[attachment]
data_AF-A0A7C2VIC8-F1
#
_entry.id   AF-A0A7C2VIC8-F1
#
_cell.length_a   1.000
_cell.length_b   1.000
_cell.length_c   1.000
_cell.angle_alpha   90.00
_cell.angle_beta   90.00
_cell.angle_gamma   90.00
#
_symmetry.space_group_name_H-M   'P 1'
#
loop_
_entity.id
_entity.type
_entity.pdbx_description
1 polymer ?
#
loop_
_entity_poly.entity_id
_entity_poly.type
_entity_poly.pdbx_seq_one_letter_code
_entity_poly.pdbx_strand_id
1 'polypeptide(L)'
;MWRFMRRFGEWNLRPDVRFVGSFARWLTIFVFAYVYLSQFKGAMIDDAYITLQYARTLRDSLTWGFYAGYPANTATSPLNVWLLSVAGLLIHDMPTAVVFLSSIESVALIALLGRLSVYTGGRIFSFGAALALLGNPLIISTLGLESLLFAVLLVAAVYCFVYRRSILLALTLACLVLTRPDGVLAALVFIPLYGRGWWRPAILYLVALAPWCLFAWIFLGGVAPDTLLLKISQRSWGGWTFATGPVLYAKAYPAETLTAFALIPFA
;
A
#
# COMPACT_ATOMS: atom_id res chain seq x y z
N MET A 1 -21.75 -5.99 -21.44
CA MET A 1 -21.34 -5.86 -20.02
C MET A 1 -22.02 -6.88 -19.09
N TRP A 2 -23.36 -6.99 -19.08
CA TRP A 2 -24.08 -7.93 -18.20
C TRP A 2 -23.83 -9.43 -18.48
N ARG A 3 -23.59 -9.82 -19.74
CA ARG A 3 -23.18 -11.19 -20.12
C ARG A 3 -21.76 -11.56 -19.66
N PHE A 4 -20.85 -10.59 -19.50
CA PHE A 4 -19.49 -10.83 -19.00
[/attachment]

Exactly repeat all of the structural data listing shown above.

data_AF-A0A7C2VIC8-F1
#
_entry.id   AF-A0A7C2VIC8-F1
#
_cell.length_a   1.000
_cell.length_b   1.000
_cell.length_c   1.000
_cell.angle_alpha   90.00
_cell.angle_beta   90.00
_cell.angle_gamma   90.00
#
_symmetry.space_group_name_H-M   'P 1'
#
loop_
_entity.id
_entity.type
_entity.pdbx_description
1 polymer ?
#
loop_
_entity_poly.entity_id
_entity_poly.type
_entity_poly.pdbx_seq_one_letter_code
_entity_poly.pdbx_strand_id
1 'polypeptide(L)'
;MWRFMRRFGEWNLRPDVRFVGSFARWLTIFVFAYVYLSQFKGAMIDDAYITLQYARTLRDSLTWGFYAGYPANTATSPLNVWLLSVAGLLIHDMPTAVVFLSSIESVALIALLGRLSVYTGGRIFSFGAALALLGNPLIISTLGLESLLFAVLLVAAVYCFVYRRSILLALTLACLVLTRPDGVLAALVFIPLYGRGWWRPAILYLVALAPWCLFAWIFLGGVAPDTLLLKISQRSWGGWTFATGPVLYAKAYPAETLTAFALIPFA
;
A
#
# COMPACT_ATOMS: atom_id res chain seq x y z
N MET A 1 -21.75 -5.99 -21.44
CA MET A 1 -21.34 -5.86 -20.02
C MET A 1 -22.02 -6.88 -19.09
N TRP A 2 -23.36 -6.99 -19.08
CA TRP A 2 -24.08 -7.93 -18.20
C TRP A 2 -23.83 -9.43 -18.48
N ARG A 3 -23.59 -9.82 -19.74
CA ARG A 3 -23.18 -11.19 -20.12
C ARG A 3 -21.76 -11.56 -19.66
N PHE A 4 -20.85 -10.59 -19.50
CA PHE A 4 -19.49 -10.83 -19.00